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6 can’t-miss picks for this year’s Oak Cliff Film Festival

Exterior of Texas Theatre in Oak Cliff, Texas. The marquee reads, "Oak Cliff Film Festival June 20-23"
Chris Gardner
/
Oak Cliff Film Festival

The Oak Cliff Film Festivalreturns for its 13th year to the Texas Theatre and other venues in Dallas’ Oak Cliff neighborhood.

This year’s festival runs from June 20-23 and spotlights 27 feature-length films with a lineup of genres that include comedy, thriller, documentaries, LGBT, animation, foreign and a selection of 58 short films.

“Movies are all Around Us” is this year's theme. Ashton Campbell, co-director of the festival, says the tagline fits into the festival mantra of championing brave and independent filmmaking.

"Everything can be a movie,” said Campbell. “Movies happen all the time. You can write a screenplay about anything, anything could be the central character -- the antagonist, the protagonist. That kind of happens very organically sometimes. And the idea this year is that movies are all around us and life is a film festival."

We chatted with Campbell about some of the noteworthy films on the bill this year. Here are his standout picks.

 

OMAR & CEDRIC: IF THIS EVER GETS WEIRD (2023) Documentary

What it’s about: The film charts the artistic and personal relationship between two era-defining artists, Omar Rodríguez-López and Cedric Bixler-Zavala (At the Drive-In / The Mars Volta), told almost entirely through hundreds of hours of self-shot footage filmed by Omar over the last 40 years.

When it’s showing: Thursday, June 20, 7:30 p.m. - Downstairs at the Texas Theatre.
Filmmaker Gary Forrester will attend.

Why you should see it: “Opening night is big every year." said Campbell. " And this year, we've got a cool opening night with the film Omar and Cedric. It's a documentary about the post-rock band, At the Drive-In and the two guys that formed that-- Omar and Cedric-- who also went on to form a band called The Mars Volta. They have spawned two big and popular bands and have really helped shape music culture over the past 40 years. They're both Texas-based and important in the indie rock culture with what they represent.”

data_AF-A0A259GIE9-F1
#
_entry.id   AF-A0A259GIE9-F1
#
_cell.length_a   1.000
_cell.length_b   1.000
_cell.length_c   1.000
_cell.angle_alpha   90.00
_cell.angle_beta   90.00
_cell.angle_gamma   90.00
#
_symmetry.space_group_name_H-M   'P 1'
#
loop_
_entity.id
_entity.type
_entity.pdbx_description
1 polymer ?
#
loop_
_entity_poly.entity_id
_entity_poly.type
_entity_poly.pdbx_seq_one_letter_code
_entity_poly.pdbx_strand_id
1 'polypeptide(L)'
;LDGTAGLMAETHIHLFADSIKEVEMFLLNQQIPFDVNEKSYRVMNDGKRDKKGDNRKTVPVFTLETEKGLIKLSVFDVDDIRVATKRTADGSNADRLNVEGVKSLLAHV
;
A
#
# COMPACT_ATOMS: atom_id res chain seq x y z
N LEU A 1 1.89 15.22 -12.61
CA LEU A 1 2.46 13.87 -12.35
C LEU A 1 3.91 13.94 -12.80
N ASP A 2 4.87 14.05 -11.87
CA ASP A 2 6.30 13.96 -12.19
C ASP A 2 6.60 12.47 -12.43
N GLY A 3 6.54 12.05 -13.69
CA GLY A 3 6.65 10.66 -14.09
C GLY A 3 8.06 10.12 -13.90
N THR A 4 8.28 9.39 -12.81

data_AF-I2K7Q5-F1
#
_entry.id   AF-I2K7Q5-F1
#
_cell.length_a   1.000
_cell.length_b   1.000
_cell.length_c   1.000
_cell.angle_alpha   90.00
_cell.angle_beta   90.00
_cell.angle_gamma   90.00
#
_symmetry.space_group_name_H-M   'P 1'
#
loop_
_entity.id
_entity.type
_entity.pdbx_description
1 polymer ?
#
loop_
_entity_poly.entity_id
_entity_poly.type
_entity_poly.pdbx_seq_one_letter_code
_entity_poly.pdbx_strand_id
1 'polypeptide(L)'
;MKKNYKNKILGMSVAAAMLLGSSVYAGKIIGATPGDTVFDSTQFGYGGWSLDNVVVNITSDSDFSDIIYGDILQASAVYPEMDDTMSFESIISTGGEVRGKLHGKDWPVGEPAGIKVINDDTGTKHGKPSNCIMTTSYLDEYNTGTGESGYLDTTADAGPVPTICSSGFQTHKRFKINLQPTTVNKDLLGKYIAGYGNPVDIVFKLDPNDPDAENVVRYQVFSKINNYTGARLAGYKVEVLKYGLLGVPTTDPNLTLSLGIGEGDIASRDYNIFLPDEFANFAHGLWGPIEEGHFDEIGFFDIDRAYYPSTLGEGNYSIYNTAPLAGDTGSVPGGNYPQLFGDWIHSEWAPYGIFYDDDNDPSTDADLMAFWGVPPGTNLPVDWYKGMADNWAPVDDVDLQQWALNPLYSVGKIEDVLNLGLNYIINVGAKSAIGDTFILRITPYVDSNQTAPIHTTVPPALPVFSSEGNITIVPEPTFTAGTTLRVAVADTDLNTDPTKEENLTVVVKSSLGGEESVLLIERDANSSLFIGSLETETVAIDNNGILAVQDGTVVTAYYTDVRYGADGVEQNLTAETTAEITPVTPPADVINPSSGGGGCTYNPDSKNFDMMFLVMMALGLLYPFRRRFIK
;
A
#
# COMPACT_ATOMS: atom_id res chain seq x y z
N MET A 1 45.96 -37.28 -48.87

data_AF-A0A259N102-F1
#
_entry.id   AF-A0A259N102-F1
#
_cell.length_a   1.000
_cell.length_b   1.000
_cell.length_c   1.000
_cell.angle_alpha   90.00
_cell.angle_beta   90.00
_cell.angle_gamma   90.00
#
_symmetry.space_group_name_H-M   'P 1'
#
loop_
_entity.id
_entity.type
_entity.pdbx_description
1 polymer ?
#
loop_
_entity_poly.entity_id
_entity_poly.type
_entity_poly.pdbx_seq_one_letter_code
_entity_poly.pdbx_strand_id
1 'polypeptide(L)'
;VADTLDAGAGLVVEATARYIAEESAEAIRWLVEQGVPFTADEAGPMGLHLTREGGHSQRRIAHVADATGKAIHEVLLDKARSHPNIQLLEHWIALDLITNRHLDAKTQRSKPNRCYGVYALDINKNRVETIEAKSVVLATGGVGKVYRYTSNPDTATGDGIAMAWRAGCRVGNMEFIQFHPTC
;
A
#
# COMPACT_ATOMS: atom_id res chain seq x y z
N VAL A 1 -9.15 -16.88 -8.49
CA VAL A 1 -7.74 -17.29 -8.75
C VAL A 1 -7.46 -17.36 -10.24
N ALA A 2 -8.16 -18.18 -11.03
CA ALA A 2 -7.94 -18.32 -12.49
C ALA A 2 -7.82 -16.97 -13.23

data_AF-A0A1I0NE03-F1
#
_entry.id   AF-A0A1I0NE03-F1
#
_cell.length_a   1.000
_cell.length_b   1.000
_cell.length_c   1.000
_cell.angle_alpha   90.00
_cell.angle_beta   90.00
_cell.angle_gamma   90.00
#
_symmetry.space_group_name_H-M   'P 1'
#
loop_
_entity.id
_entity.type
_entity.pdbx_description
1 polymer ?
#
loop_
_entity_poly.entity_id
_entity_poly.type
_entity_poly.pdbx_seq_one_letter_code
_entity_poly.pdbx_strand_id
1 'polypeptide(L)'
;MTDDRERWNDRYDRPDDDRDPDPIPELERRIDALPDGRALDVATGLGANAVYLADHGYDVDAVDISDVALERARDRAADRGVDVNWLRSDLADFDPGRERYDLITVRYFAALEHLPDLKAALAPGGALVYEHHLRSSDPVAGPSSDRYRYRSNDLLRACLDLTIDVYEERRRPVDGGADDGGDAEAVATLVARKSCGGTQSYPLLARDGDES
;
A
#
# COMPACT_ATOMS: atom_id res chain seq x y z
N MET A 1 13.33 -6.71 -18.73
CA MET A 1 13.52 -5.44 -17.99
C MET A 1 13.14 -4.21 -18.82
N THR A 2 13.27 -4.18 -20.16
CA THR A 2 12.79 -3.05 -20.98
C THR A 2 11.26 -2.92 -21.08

THE BECOMERS (2023) comedy/sci-fi

What it’s about: A body-snatching alien comes to Earth, reconnects with their partner, and tries to find their way in modern America.

When it’s showing: Sunday, June 23, 4:15 p.m. - Upstairs at the Texas Theatre.
Filmmaker Zach Clark will attend.

Why you should see it: “Zach Clark --who will be in attendance at this screening--is a really great director, " said Campbell. "I always love his dialog and he's just a great storyteller. And, you know, when you get to hear from the guy at the screening, and hear about his creative process, it just makes the event more impactful. The film resonates more when people can hear what the director was going through.”  

VULCANIZADORA (2024) Narrative feature/thriller  

What it’s about: In this intense tale from provocateur Joel Potrykus, two friends embark on a disturbing mission in the Michigan woods. As they trudge through the forest, their intentions become increasingly clear. When their plan ultimately unravels, one friend must return home to face the surreal and unsettling consequences of their actions, grappling with the legal and emotional repercussions that follow.

When it’s showing: Friday, June 21, 7:15 p.m. - Upstairs at the Texas Theatre
Filmmakers Joel Potrykus, Adam Minnick and actor Joshua Burge will attend